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Location: UFOUpDatesList.Com > 2012 > May > May 4

Re: UFO Dangers Examined By U.S. News & World

From: David Rudiak <drudiak.nul>
Date: Thu, 03 May 2012 15:01:01 -0700
Archived: Fri, 04 May 2012 06:13:03 -0400
Subject: Re: UFO Dangers Examined By U.S. News & World


>From: Don Ledger <dledger.nul>
>To: <post.nul>
>Date: Wed, 2 May 2012 11:38:06 -0300
>Subject: Re: UFO Dangers Examined By U.S. News & World Report

>>From: Diana Cammack <cammack.nul>
>>To: "UFO UpDates - Toronto" <post.nul>
>>Date: Wed, 2 May 2012 15:30:48 +0200
>>Subject: Re: UFO Dangers Examined By U.S. News & World Report

>>>From: UFO UpDates - Toronto <post.nul>
>>>To: - UFO UpDates Subscribers -
>>>Sent: Wednesday, May 02, 2012 12:06 PM
>>>Subject: UFO UpDate: UFO Dangers Examined By U.S. News & World Report

>>>Every year, thousands of UFO sightings from around the world are
>>>reported. And, as the magazine points out, about 95 percent of those
>>>reports are explained as ordinary things like military aircraft, balloons,
>>>misidentified astronomical objects - such as planets or meteors - and
>>>meteorological phenomena.

>>Question: where did this 95% come from, and is it a current
>>figure? Has anyone tested it lately?

>A totally made up percentage that has been around for some 70
>years without any support. UFO researchers bought into it
>initially because it at least gave them a foot in the door; a
>measely 5% when in fact the numbers are probably closer to 30%,
>maybe more.

Exactly! Project Blue Book and its predecessors Project Sign and
Project Grudge had percentages well over 20%, closer to 30%.
Even under the rather stringent criteria of Blue Book Special
Report #14 (the Battelle Institute study of 3200 USAF UFO cases)
from 1952-1954, where all four science analysts had to agree
that a case was a true unidentified whereas only two had to
agree that it be listed as identified, the overall percentage of
unknowns was still around 22%.

However, when the Air Force made the report public in 1955, the
press release lied and said the percentage of remaining unknowns
was only 3%, which no doubt would disappear with further
information. In reality, BBSR #14 placed cases considered to
have insufficient information to make a determination in its own
separate category, which made up 9% of the sample. Lack of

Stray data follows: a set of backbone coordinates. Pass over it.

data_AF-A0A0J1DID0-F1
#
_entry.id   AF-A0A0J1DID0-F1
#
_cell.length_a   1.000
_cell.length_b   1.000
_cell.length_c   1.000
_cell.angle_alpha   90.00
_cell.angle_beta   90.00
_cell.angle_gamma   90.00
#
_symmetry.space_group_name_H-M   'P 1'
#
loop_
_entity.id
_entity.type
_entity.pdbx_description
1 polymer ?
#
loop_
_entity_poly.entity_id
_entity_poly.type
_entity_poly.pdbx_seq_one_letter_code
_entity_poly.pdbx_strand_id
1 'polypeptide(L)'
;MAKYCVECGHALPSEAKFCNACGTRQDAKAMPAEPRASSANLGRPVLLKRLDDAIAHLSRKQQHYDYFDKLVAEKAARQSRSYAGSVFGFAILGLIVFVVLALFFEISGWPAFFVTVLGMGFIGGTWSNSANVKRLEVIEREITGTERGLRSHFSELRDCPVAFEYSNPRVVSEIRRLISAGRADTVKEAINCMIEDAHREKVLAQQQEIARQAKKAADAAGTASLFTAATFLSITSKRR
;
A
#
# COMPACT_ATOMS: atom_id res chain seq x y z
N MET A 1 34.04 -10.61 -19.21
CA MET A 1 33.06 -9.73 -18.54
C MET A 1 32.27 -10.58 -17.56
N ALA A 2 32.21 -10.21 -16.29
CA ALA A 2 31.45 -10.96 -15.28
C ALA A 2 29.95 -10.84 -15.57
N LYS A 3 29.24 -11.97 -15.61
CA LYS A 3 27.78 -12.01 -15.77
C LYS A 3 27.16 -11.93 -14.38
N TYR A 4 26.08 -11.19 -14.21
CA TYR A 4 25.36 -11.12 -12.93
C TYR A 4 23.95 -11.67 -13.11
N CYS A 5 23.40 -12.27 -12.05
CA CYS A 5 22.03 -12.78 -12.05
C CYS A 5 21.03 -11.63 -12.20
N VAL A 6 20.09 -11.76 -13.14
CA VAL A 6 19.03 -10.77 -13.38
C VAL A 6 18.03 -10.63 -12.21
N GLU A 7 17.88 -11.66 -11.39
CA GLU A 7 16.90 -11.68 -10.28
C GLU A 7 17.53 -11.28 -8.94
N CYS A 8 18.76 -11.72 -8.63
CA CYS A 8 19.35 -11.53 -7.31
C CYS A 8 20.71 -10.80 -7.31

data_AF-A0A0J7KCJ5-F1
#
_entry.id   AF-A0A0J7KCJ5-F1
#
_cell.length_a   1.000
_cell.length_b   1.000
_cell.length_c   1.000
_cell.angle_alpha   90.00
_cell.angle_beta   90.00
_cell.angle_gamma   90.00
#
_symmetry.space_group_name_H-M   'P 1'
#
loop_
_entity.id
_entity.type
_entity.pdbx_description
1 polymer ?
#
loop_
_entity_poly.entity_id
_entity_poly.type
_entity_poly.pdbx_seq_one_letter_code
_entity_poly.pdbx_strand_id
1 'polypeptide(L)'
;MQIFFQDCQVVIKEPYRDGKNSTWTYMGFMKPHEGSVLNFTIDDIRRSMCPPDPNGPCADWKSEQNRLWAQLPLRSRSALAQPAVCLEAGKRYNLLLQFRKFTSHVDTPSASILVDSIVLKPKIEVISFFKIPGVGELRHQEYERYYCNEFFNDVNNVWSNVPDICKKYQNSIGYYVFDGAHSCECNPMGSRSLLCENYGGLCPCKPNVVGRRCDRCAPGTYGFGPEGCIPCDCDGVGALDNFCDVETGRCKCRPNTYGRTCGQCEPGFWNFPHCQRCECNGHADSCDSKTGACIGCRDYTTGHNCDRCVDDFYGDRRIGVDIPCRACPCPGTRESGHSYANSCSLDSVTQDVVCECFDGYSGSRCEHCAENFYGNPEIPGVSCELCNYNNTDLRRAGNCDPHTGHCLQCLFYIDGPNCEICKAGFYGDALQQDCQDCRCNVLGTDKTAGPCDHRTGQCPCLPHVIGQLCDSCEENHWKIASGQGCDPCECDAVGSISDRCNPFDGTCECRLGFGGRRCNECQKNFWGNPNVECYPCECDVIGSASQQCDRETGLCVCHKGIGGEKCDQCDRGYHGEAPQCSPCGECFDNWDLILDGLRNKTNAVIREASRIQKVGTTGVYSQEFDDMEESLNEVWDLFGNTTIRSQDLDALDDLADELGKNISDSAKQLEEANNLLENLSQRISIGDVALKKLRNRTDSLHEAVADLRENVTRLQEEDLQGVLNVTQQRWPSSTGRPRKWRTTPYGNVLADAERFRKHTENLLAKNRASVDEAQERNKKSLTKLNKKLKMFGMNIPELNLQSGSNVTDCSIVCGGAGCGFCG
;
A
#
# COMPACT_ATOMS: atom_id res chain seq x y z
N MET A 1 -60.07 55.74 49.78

information had nothing to do with it. In fact, BBSR analysts
found that the better the case, the higher the percentage of
unknowns, not the other way around. Poor data was NOT the cause
of the unknowns.

The large percentage of unknowns all changed with the CIA
Robertson Panel of 1953 which urged an official policy of
ridicule, followed by Air Force Regulation 200-2 which ordered
the percentage of unidentifieds to be held to an absolute
minimum.  Simultaneously, the best cases were generally being
withheld from Blue Book and instead siphoned away to the very
unpublic UFO investigation in newly formed units.

Under this new official policy of ridicule and obfuscation,
unidentifieds in the public Blue Book statistics typically
dropped down into the ridiculous 1% per year range, instead of
20%-30%. Hynek complained about the total abuse of the
scientific process and statistics even in the cases that Blue
Book examined. Any old explanation was considered sufficient,
whether it fit the facts or not. Remotely possible
"explanations" became definitive solved as "identifieds".

In the long run, when Blue Book finally shut down in 1969, the
overall percentage of unidentifieds had been watered down to
only 6%. The vast majority of "unknowns" in PBB date to pre-
1954, with only a relative handfull added thereafter.

And that is probably where "only 5%" comes from. It is an
artificial, phony number, the result of a policy of official
debunkery.

Unfortunately, that is also the number Leslie Kean
conservatively adopted in her book, from which the U.S. News
article on airline safety was partly based.

That said, other studies come up with different numbers. Allen
Hendry's private study for CUFOS came up with only 9% unknown,
which Hendry reduced to only 1% for what he considered to be
truly inexplicable. But Hendry's database, unlike Blue Book's,
was almost entirely civilian cases, with few military, which
generate higher percentages of unknowns. Also I have my
reservations about statistics based only on one person's
analysis. Nobody is an expert in everything. (The recent UK
Condign Report has the same problem--only one analyst.)

Perhaps the most comparable study to Special Report #14 has been
the ongoing French UFO study, GEPAN/SEPRA, which has come up
with a hardcore 14% unknowns of ALL reports (which number in the
thousands), which rises to around 25% if only those cases with
sufficient information to make a determination are included.

The numbers game all comes down to who is doing the study and
the criteria they apply. The Condon Committee had around 30%
unknowns of a rather small sample. (As we all know, Condon lied
in his summary about the unknowns.) The French COMETA Committee
came in at only 5% of the cases they studied. The Peruvian
government UFO study places unknowns at only 2% hardcore cases.

But generally, the really big studies of large numbers of cases
where politics and a broad sample of cases, including military
cases, are considered, such as BBSR #14 GEPAN/SEPRA, have
percentages of unknowns in the roughly 20% range.

As Mark Twain famously observed, there are lies, damned lies,
and then there are statistics.


David Rudiak



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